Though Andrew Yang and his wife are both long-time residents of New York, his Asian nationality was enough to cast him as a foreigner, a dangerous belief that expresses that, even in 2021, while our country has drastically changed, society still believes an American to look how they did in the 1800s.
Even in 2021, an American must fit a predetermined, colonial mold to be deemed American.
Moreover, this myth is often used as the "poster child" example for immigrant groups in America. It is used to characterize other minority groups as "lazy" and underplay the effect of systemic racism, and in turn, establish a hierarchy of which Asian Americans are on top.
The model minority group was particularly enacted to minimize the effect of racism on other groups, particularly Black Americans. This myth falsely conflates the types of racism that both groups have faced. Through various types of legislation, most notably the Chinese Exclusion Act of 1882, and Japanese internment in the 1940s, Asians have faced discrimination, oppression, and racism.
When describing the comparison between Asian and black oppression, Professor Claire Jean Kim at the University of California Irvine asserts that Asian Americans have never faced the "systematic dehumanization that black people have faced during slavery and continue to face today." She continues to say Asians have been barred from the United States and sent to internment camps, which is different from the segregation, police brutality, and discrimination that African Americans have endured.
3. It doesn't take into account the historical background.
The Immigration and Nationality Act of 1965 under President Lyndon B. Johnson was, in simple terms, preferential immigration. It abolished the racist quotas initially in place, with the ulterior motive of wanting to improve relations between the United States and Asia.
The Immigration and Nationality Act particularly aimed to attract those with skilled labor (as promised by lobbyists), so, as a result, it was the doctors, engineers, and entrepreneurs from India that migrated to be able to pursue the American Dream. As Sanjena Sathian cleverly explains, "India itself is not a nation of doctors, engineers, and entrepreneurs, but often, those are the qualifications to stand a chance at the American Dream." In turn, this mass migration of skilled labor has created breeding that is tailored towards upward mobility.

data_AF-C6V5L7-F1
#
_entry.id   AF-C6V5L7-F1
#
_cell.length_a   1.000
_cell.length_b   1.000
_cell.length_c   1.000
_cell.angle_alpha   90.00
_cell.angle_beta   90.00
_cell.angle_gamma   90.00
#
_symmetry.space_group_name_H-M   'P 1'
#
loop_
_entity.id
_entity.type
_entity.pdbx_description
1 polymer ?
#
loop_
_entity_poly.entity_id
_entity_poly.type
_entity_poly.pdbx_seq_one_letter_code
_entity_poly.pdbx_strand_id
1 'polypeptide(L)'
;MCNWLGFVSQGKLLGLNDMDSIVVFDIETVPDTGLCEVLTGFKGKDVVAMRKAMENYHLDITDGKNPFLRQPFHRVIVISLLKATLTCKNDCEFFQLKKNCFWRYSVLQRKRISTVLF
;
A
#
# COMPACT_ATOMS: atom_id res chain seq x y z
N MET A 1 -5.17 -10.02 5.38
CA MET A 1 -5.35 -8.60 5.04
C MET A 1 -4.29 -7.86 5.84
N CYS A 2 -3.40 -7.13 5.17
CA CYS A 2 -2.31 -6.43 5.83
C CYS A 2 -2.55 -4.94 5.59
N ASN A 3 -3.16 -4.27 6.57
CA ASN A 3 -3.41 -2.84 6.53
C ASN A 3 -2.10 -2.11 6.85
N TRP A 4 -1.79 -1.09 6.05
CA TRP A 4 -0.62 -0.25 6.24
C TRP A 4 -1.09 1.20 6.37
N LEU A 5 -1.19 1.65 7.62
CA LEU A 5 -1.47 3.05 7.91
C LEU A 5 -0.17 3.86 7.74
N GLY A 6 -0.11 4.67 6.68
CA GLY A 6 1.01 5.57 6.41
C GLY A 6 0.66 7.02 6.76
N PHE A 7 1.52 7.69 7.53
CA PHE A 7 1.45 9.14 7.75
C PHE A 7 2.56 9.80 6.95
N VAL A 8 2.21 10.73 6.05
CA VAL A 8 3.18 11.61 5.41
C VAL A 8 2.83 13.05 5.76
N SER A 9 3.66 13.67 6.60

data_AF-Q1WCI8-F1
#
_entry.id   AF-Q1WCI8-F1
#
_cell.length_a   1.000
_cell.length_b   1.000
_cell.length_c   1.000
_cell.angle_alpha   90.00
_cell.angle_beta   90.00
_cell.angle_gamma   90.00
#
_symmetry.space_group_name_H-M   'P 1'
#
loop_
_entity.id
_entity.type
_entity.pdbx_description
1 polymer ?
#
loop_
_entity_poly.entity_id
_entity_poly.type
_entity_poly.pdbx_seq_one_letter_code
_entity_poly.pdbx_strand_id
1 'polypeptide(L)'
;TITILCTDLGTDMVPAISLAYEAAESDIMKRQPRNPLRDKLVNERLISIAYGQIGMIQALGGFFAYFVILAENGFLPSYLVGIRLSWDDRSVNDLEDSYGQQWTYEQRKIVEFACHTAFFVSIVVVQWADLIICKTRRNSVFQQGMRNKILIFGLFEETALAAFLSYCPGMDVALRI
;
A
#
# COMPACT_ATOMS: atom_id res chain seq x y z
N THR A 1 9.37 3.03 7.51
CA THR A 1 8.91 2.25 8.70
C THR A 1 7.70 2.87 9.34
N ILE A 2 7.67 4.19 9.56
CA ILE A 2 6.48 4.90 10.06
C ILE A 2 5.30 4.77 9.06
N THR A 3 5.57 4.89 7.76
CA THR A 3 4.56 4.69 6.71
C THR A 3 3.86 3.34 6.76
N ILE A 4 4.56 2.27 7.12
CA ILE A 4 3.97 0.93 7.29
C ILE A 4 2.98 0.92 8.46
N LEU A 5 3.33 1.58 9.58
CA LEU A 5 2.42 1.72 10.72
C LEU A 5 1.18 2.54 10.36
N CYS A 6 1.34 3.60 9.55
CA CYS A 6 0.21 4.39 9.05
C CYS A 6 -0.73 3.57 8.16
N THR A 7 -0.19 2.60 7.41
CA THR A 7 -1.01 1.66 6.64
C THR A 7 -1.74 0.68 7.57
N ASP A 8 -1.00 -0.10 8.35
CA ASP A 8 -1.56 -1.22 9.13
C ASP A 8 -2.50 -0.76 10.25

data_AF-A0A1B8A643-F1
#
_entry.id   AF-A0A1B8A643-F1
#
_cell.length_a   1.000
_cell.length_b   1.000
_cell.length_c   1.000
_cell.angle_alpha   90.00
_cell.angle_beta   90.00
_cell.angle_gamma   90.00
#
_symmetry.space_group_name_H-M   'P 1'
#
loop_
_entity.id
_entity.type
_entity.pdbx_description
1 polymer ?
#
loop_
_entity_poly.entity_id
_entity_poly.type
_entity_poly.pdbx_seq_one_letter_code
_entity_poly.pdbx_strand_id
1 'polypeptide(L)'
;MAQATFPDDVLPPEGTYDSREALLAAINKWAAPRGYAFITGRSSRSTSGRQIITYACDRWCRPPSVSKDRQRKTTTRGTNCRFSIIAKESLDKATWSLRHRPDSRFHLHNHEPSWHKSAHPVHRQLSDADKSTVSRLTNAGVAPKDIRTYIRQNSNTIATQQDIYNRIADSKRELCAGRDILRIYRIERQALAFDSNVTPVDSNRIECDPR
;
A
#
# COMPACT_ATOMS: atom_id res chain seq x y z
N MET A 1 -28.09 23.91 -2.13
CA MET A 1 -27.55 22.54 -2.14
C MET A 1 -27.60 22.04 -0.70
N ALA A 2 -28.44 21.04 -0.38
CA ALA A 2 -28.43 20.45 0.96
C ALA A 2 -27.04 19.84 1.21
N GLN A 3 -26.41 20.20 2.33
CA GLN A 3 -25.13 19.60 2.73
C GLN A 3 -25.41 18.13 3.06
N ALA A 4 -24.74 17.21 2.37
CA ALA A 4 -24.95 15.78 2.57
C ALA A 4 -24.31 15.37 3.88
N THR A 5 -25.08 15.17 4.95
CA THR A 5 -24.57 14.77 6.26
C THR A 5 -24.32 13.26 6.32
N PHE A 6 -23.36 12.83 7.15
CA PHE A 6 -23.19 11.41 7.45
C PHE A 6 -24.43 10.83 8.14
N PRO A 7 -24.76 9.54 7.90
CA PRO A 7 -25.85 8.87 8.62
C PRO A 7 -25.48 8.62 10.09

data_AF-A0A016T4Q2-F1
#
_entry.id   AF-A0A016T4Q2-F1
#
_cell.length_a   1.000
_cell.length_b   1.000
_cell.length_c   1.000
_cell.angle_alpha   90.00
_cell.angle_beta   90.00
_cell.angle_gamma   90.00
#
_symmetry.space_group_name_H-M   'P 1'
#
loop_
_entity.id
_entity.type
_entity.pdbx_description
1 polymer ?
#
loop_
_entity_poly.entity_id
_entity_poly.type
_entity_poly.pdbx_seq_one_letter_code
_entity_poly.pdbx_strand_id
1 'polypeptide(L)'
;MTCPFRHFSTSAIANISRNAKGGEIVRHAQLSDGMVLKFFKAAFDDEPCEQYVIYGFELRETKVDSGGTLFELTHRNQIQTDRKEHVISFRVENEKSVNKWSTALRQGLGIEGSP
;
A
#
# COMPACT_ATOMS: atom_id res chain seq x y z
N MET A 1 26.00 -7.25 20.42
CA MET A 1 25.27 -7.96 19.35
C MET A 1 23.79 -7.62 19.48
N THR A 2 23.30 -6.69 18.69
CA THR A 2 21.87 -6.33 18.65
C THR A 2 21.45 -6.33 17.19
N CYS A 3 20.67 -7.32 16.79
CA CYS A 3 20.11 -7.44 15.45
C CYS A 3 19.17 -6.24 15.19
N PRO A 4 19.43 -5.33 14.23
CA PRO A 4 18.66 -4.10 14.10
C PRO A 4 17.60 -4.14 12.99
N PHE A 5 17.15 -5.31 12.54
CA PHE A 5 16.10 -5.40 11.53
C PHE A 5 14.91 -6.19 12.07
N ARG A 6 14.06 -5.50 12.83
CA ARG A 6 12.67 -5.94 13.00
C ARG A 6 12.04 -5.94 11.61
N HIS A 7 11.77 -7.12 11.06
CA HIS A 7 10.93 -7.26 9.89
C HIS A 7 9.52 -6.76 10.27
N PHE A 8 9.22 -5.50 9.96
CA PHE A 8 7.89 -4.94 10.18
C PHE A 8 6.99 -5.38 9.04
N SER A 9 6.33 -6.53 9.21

How do we see the model minority myth play out in our daily life?
We see the model minority myth on a scale from microaggressions to macroaggressions. The little comments many of us may have heard in schools, "of course she's good at math, she's Asian" or "no wonder he got in to [university], he's Asian" are microaggressions that hastily generalize the broader Asian community and contribute to incredible pressure and ostracisation for Asian youth.
We've also seen a stark rise in hate crimes against the Asian American Pacific Islander community. Due to Asians being generalized as a group that has "overcome racism" collectively, many of these hate crimes were not even acknowledged to be hate crimes due to the underlying internalization of this myth.
What can I do now that I know this?
First and foremost, seek to understand. Collectivism and different cultural identities are not mutually exclusive. Collectively, terms such as AAPI (Asian American Pacific Islander), exist to develop a political identity rooted in unity. As seen in the Civil Rights Movement, a collective identity serves as a strong weapon against oppression and racism.
It is important to note that even a collectivist group shares vast differences. Within the AAPI community lies a multitude of different cultures and backgrounds that entail different histories, which are important to acknowledge. Reading books written by AAPI can be another easily accessible tool that aids in understanding.
Collectivism and different cultural identities are not mutually exclusive.
Engage in conversations. A calm exchange of words has the potential to serve as an instigating tool to diversify an individual's point of view.
Finally, as you encounter the world, remember that the most powerful tool you are given is the ability to listen. Once you've gained knowledge, your voice can be used to amplify those that are marginalized.